I took this picture the other day while my son and I were at The School of Mines waiting to speak with the director of admissions. The official description of the school is; CSM is a state engineering university located in Golden, Colorado specializing in the geosciences. For those of you unfamiliar with the college, suffice to say it is a very tough school with a very good reputation that attracts some very good brains. My son will be among them next fall. He has a very difficult year ahead of him to make it happen. He must ace advanced placement physics, calculus and chemistry. He assures me, “There is no reason I can’t do it.”
Rewind six years ago. When my 25 year marriage fell apart I had to go back to work after staying home with my boys for seven years. Though I had a career and good education before those seven years, you just don’t walk back in where you left off. I was in the position of taking anything and everything I could to earn money. I sometimes worked four jobs at a time during this period.
One of the jobs I took was in the catering department at The School of Mines. It was the kind of job people take because they have little other choice. That was me at the time. I just loved that school though. There were pianos in the hallways of the student center. Students would spontaneously sit down and play beautifully from memory. As I stood in the back of the room wearing my white shirt and little black bow tie during an honors banquet one day, waiting to serve the group, I looked around the room at those bright young faces with their parents so proud and started to cry. I should have been in one of those seats, not standing in the back waiting to serve. I was 42 years old and thought my time had passed. I would never again be the young woman I once was with my life in front of me. I didn’t see how, from the position I was in at the time, my own children would have those opportunities. I thought those opportunities were gone.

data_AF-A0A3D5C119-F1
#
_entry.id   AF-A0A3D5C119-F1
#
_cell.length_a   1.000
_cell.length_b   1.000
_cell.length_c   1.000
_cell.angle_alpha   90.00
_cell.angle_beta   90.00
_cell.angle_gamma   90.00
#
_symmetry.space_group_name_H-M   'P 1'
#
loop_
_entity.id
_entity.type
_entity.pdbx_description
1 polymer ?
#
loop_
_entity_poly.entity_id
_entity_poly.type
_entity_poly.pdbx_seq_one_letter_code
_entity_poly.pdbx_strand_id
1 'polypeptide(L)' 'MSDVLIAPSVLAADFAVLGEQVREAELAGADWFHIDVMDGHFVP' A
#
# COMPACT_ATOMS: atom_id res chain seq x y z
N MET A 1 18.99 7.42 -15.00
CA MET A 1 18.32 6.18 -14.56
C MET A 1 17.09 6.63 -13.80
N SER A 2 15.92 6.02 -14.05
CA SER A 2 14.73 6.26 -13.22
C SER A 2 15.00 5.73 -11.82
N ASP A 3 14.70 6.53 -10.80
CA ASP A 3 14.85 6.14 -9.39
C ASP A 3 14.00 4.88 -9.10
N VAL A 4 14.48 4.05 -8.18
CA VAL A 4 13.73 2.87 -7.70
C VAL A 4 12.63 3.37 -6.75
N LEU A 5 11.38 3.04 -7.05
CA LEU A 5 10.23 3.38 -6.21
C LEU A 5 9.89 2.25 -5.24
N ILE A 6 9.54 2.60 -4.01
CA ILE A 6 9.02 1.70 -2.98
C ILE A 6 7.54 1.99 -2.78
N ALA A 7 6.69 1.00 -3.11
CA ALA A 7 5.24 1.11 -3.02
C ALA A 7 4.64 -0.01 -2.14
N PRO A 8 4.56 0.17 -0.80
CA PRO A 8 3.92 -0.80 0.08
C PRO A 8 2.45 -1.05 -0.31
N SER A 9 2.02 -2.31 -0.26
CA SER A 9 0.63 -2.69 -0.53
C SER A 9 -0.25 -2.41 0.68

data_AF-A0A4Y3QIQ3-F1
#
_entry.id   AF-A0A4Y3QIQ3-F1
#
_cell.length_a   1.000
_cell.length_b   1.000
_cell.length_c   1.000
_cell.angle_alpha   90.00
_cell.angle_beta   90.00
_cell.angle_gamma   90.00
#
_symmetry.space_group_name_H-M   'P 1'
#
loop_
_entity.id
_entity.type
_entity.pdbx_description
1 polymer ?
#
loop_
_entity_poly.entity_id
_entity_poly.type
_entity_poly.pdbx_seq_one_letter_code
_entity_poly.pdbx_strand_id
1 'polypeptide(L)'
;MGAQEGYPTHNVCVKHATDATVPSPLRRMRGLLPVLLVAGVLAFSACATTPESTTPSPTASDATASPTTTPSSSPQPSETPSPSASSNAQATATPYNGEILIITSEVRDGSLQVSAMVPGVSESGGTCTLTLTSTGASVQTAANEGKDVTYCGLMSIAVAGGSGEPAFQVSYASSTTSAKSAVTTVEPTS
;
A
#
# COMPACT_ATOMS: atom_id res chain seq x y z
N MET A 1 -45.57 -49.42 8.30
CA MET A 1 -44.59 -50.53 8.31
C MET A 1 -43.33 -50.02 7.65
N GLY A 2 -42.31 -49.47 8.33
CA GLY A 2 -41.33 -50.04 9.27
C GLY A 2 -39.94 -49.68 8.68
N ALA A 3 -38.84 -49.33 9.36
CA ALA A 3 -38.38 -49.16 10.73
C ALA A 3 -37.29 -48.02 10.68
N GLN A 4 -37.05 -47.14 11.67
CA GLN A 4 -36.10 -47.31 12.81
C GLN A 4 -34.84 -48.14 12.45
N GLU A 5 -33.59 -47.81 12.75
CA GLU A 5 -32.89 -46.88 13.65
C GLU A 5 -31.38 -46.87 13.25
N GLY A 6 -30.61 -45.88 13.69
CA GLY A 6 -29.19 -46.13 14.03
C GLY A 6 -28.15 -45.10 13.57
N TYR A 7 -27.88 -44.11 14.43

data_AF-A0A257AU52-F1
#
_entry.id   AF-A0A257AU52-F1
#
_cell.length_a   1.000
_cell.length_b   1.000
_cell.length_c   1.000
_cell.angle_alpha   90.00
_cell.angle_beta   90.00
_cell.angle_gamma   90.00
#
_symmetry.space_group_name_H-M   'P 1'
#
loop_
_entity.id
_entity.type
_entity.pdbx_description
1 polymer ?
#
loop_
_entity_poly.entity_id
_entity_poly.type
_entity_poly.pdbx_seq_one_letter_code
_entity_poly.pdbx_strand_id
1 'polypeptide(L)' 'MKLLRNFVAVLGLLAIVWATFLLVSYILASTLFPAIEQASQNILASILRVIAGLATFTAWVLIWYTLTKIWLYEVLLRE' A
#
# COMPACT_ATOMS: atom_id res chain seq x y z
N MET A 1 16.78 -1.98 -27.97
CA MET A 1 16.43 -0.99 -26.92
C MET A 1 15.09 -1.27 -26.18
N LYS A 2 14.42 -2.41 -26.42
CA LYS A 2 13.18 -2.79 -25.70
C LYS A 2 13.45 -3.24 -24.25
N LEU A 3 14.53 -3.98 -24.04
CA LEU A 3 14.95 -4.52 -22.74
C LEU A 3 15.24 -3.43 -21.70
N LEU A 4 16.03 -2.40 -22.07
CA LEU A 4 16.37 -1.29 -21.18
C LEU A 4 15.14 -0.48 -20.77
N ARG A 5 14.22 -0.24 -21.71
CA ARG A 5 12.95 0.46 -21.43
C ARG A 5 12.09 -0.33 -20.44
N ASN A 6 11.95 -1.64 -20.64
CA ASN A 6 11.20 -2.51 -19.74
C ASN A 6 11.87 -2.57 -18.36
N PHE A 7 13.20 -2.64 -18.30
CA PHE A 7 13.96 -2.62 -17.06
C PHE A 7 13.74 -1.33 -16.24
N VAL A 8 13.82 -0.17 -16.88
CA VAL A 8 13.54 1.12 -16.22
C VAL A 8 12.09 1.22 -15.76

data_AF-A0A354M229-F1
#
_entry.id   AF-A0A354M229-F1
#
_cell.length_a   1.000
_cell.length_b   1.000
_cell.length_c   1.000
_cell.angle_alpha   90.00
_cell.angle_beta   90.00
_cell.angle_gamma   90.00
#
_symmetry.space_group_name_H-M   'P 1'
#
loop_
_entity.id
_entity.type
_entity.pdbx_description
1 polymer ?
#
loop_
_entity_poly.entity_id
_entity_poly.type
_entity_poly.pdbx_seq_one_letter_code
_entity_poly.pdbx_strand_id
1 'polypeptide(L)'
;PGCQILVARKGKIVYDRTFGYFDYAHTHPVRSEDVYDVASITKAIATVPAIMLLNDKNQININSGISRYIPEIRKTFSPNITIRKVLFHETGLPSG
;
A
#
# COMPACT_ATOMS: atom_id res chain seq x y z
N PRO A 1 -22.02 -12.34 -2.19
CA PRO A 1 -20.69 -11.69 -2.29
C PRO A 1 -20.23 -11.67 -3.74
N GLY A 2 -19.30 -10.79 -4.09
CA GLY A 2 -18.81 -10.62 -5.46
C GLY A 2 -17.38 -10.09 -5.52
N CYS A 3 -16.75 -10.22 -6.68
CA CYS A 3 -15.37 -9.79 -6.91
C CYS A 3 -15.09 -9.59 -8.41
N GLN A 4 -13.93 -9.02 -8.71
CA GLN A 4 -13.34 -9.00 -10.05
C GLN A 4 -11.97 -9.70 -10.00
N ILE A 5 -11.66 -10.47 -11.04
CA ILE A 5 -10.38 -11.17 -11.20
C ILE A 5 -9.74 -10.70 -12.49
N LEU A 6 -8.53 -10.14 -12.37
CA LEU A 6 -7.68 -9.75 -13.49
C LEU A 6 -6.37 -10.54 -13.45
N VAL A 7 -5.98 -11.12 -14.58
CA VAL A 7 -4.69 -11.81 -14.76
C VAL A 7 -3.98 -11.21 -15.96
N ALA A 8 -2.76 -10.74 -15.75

The next four years were extremely difficult. Between the tanked economy and the housing bubble bursting we ended up losing everything at the end of 2009. It was surreal, but it happened. We found ourselves homeless for a short period of time. One night I knew we had run out of options and exhausted the good will of friends. I had my car packed with suitcases, my sons and our dog. I either had to seek emergency shelter or leave the state. That night a sea change occurred. Through a small miracle we found ourselves being given a beautiful home to live in, rent free, for three months. After that, I was told we could stay if I could afford the rent.
I looked around at the beautiful home and my sons who breathed a sigh of relief for the first time in months and decided we weren’t going anywhere. I also decided to take matters into my own hands and start a business. I knew I could count on myself more than I could count on yet another company to lay me off or tell me I was not qualified or not tell me I was too old, but think it…..I started with a handful of change, a few fliers and a bucket. Here I am, a year and a half later with a thriving business and a life filled with joy.
This is the best part. Over these last years, my oldest son’s goal has become to attend The School of Mines. No other school registers on his radar. I cannot help but marvel at how things came full circle. My business will help make it possible for him to attend the school and have the life that I once thought was out of our reach.
I think often of that day, standing in the back of the banquet. How, at one time I felt all was lost and my time had passed. Today, I am happier than I’ve ever been in my entire life – including childhood. There is a joy now that I don’t remember ever having. I am so grateful for all we’ve been through. It made us the people we are today.
It’s never too late to be what you might have been.